The Pan African Sanctuary Alliance (PASA) represents 23 wildlife centres in 13 African nations. Our member centres experience the impact of wildlife trafficking every day. They currently provide care for over 3,000 primates, many of whom were orphaned by traffickers who killed their mothers to sell as bushmeat and sold the young primates into the illegal pet trade. Our member wildlife centres play a crucial role in the fight against trade by providing a home to orphaned primates rescued through law enforcement operations. However, the centres are nearing capacity and will not be able to meet the demand. Nor do we have members in every country, so gaps persist.

For this reason, PASA has taken a number of steps to fight the illegal trade in primates. First, we started Action for Chimpanzees, a programme which brings a regional approach to protecting critically endangered chimpanzees in West Africa. Second, we launched a petition calling on social media companies to stop enabling the illegal pet trade. Third, we are working in partnership with zoos and other organisations to address this issue. It’s a complex challenge and we can’t do it alone.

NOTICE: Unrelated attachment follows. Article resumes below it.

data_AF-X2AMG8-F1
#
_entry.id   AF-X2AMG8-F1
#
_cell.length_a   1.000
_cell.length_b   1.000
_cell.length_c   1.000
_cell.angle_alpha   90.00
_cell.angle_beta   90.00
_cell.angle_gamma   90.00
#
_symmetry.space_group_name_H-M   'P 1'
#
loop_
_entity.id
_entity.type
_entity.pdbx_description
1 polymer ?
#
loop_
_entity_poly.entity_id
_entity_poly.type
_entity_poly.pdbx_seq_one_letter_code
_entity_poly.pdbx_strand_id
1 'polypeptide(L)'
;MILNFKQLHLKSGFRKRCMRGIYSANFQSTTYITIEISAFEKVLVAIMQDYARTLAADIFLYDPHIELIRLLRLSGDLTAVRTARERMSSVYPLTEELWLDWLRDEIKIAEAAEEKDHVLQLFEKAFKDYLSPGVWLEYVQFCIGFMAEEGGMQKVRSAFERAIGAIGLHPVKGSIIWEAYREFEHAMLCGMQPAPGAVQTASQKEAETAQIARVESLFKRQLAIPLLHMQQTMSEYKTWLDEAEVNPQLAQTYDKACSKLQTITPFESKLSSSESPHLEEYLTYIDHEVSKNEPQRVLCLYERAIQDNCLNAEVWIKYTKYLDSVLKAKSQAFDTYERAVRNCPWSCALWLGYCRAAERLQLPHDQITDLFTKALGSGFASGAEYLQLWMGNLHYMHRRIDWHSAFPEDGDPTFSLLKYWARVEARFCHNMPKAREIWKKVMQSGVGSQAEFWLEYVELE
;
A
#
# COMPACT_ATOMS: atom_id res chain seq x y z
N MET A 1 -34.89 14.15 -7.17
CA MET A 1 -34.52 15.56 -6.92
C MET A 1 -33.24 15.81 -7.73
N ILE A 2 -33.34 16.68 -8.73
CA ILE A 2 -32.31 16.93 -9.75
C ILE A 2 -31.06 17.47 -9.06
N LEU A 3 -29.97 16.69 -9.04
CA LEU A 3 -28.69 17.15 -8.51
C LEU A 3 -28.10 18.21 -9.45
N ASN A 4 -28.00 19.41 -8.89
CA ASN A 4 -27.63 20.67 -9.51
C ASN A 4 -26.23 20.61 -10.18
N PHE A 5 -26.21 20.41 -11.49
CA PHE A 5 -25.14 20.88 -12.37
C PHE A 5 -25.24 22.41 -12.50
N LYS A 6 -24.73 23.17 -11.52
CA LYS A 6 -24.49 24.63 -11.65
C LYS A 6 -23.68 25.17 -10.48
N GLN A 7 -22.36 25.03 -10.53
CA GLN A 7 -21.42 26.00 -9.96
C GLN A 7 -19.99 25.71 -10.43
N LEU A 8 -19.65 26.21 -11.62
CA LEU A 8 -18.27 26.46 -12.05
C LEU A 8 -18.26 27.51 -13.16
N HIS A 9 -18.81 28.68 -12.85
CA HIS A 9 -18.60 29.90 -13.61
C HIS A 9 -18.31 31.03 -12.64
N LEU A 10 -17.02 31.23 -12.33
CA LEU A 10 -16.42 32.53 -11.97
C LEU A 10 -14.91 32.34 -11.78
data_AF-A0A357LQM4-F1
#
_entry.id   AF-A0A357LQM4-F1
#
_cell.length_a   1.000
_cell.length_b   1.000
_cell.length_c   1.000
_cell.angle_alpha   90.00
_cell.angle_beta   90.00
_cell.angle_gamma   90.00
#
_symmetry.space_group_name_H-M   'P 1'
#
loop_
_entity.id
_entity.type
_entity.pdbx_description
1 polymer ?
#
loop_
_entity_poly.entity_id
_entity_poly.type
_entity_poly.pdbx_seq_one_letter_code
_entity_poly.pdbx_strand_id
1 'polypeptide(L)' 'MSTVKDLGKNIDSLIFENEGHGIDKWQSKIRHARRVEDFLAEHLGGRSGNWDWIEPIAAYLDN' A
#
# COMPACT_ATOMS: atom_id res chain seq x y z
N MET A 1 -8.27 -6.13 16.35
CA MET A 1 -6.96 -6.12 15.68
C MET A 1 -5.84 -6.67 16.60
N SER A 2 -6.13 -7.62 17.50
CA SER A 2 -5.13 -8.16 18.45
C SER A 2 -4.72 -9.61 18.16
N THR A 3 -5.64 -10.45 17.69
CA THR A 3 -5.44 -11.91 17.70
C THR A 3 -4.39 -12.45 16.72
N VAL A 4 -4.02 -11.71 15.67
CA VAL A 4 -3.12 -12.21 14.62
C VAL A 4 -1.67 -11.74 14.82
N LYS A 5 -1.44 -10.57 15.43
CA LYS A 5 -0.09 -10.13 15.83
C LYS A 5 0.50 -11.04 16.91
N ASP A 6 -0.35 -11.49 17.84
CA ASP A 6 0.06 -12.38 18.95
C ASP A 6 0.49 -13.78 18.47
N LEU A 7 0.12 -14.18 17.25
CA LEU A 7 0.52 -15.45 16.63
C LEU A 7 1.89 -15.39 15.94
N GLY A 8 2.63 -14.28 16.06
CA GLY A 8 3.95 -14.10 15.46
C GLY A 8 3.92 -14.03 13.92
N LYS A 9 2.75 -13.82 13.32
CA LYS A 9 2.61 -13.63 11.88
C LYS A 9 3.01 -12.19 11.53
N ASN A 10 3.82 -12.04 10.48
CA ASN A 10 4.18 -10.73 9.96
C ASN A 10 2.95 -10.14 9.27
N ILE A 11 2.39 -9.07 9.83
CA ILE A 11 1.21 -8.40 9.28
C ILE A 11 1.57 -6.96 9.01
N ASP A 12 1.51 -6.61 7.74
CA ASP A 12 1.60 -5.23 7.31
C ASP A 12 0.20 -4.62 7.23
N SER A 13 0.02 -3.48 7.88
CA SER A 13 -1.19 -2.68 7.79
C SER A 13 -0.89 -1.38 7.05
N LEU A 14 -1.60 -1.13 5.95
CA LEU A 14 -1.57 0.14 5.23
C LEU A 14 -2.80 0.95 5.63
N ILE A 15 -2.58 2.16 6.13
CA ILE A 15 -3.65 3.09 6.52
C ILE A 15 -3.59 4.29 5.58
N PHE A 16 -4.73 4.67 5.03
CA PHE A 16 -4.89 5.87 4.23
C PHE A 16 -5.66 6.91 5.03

Education session at a PASA member Sanctuary

How Conservationists Can Help

Conservationists are in a unique position to increase awareness of the illegal trade, and to help reduce it. Field workers often develop close relationships with local people, which can be hugely helpful in this fight. At the same time, they are familiar with habitat requirements and conditions, population demography, and social behaviour of endangered species. However, they are most likely not trained to take action against trafficking and so may not know what to do when confronted with it.

We recommend that scientists and conservationists working in the field take the following action steps to help fight illegal wildlife trade.

  1. Get to know local customs and law enforcement organisations

Knowing who to contact when trafficking becomes apparent is a critical first step. These might be NGOs, specialised law enforcement agencies, or other researchers. It’s also helpful to stay up to date with shifts in the local social or business environment and how it could impact wildlife habitat or trade.